Typically, the process begins with questionnaires and observations. These will cover some of the developmental perspectives mentioned above. During this time, PAT will look for any concerns that are categorized as “at risk” from their observations or your input from questionnaires. If they have none, you can continue to participate in the PAT program if you wish.

If PAT has concerns, they will turn their information over to your school district for formal evaluation. This process will include a more thorough look at your child’s development. Anywhere that a developmental perspective is considered “at risk” is where testing, through observation and questionnaires, will be performed. Formal evaluation is done once a child is 3 years old, and it can take time since it may include classroom observation. These in-depth screenings are typically only done during the school year.

Once your school district will go over the results of their testing with you. At this time, your district will talk to you about any programs that your child has qualified for. These programs may be offered in an educational setting and can include specialized services such as speech, occupational, or physical therapy and may result in an Individualized Education Plan (IEP).

photo credit: Honey Hayes

One of the biggest early intervention benefits that I have seen our family is the early childhood classroom setting. For my family, we have had the opportunity to enroll at Great Beginnings Early Education Center in the Lee’s Summit R7 School District. This has been an amazing resource that has cost us very little. Children go to school, learn with their peers who have vary abilities and challenges (some with IEPs and some without), and come out ready for the elementary school big leagues—excited to learn and ready to grow!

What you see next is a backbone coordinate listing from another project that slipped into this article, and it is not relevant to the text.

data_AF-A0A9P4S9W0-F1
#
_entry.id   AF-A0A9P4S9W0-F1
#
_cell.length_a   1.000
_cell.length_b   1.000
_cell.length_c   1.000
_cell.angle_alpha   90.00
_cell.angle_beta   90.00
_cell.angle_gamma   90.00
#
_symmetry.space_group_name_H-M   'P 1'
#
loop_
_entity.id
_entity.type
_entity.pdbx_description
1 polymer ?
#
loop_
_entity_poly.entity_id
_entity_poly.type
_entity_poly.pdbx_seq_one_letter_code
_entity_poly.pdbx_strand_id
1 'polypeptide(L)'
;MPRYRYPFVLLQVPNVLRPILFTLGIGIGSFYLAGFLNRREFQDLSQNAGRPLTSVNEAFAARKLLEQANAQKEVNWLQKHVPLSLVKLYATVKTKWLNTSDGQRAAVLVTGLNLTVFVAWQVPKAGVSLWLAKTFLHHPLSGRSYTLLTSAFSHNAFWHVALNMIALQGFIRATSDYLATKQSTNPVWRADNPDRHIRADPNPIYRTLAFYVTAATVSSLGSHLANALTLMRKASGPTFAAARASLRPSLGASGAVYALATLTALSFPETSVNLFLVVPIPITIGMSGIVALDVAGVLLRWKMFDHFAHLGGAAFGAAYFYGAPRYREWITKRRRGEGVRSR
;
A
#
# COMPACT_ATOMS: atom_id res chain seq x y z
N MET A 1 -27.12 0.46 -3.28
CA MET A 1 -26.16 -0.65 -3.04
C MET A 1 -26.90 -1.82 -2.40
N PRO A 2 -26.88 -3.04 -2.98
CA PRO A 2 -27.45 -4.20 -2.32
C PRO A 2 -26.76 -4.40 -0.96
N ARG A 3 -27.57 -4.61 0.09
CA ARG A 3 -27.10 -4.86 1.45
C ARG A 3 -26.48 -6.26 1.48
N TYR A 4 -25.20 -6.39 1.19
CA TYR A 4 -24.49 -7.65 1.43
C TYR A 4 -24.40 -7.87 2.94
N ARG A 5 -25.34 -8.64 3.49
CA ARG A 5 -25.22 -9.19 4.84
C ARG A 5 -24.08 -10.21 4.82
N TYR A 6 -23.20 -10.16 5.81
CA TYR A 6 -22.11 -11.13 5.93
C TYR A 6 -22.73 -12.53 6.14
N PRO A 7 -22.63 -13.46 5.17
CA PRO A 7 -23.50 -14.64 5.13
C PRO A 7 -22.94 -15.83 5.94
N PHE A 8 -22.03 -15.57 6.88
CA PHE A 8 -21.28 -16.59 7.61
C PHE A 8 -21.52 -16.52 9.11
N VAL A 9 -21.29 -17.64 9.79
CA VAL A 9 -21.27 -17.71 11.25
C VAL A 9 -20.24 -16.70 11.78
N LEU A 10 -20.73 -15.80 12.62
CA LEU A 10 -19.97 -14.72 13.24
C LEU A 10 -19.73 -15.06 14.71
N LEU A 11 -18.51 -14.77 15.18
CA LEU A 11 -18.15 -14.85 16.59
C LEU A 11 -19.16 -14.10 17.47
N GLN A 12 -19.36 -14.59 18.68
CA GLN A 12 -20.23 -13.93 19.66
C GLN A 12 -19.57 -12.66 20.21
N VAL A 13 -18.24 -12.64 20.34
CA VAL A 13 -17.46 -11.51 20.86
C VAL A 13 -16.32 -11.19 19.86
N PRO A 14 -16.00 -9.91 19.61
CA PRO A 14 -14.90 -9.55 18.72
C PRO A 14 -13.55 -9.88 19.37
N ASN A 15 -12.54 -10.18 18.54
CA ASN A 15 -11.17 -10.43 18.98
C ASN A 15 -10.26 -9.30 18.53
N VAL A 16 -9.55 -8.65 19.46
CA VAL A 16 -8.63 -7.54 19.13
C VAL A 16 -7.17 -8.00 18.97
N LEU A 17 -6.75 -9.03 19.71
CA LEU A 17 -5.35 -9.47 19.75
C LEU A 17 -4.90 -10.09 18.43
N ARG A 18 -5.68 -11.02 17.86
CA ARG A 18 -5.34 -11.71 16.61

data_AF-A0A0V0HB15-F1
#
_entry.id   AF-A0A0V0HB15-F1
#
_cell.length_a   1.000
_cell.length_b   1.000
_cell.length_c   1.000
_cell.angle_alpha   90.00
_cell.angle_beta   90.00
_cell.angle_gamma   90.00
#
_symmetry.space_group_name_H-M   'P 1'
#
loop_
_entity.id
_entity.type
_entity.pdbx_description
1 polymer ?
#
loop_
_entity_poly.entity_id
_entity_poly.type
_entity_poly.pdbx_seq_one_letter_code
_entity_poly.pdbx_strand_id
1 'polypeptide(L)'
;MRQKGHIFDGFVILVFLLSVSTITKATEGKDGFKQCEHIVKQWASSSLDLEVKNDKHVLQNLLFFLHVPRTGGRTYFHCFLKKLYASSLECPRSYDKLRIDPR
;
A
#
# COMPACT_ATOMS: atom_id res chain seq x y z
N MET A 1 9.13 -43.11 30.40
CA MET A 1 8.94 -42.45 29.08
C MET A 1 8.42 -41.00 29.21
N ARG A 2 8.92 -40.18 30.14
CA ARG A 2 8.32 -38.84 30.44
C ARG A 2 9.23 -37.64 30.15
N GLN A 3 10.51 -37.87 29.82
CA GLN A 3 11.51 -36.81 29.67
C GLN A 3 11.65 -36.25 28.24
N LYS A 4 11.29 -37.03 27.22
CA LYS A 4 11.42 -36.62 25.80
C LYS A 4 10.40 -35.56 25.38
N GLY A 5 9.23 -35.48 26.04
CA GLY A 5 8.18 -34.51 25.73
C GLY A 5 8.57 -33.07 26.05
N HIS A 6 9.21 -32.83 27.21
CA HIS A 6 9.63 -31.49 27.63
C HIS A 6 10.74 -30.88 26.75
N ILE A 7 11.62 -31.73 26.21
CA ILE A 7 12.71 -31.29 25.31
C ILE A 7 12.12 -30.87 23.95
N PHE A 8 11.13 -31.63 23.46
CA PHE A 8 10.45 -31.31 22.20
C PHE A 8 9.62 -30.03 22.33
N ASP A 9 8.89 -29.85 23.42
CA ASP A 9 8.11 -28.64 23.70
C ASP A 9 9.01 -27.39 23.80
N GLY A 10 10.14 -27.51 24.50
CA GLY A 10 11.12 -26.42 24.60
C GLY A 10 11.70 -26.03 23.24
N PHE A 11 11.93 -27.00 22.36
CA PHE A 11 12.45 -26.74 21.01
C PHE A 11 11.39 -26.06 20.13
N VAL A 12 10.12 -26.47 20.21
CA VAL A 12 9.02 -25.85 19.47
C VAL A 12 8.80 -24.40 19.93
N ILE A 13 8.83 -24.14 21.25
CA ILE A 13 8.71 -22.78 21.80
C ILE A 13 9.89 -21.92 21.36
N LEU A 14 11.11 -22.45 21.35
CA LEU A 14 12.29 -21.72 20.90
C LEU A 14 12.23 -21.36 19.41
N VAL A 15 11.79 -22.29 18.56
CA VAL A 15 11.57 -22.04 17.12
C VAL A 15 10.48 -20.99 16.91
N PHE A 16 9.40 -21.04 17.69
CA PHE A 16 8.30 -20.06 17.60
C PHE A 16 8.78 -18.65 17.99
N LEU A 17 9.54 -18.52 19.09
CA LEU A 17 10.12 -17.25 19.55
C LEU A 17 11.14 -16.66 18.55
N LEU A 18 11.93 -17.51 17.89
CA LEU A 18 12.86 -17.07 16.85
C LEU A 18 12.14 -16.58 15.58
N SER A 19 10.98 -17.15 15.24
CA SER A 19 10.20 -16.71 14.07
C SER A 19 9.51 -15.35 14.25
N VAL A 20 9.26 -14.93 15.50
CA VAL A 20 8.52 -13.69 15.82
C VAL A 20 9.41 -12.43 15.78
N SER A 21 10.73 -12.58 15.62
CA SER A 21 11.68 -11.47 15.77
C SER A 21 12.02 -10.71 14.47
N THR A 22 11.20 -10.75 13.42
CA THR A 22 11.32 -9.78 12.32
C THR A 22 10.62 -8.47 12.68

The PAT parent educators and early childhood teachers in our district at Great Beginnings who have helped us along the way have been invaluable to my family. We would not be where we are without them.

I don’t know how long my kids would have struggled until we realized that they were desperate for help, or maybe they would have eventually caught up with some rough patches along the way. But the point is that we have local resources to make early learning as accessible and fun as we can, and we should make use of them

Parents as Teachers – Kansas

Parents as Teachers – Missouri

Please visit you local school district’s web page as well, or if you are not sure of which school district you live in, click here.

What early childhood resources have you used? Do you have experience with Parents as Teachers?

Hi! I'm Franchesca! I am originally from Arizona, the Phoenix area, but moved to Missouri in 2015. It was one of the scariest things I have ever done in my life, but I have absolutely fallen in love with Kansas City! I live in Lee's Summit with my husband and four boys and we have no clue what we are doing! We fly by the seat of our pants on any given day, but we are so happy here. I love learning and have a background in cosmetology. I am currently working on completing a degree at UMKC, majoring in psychology, please pray for me. As a stay-at-home mom, I spend most of my day, honestly, cleaning up messes and drinking Dr. Pepper. I love to bake, read non-textbooks, do DIY home projects, think about exercising, and binge watch TV shows. But, my favorite hobby is letting my kids run wild through the neighborhood while the adults socialize on the patio. Also tacos, I love Mexican food and tacos!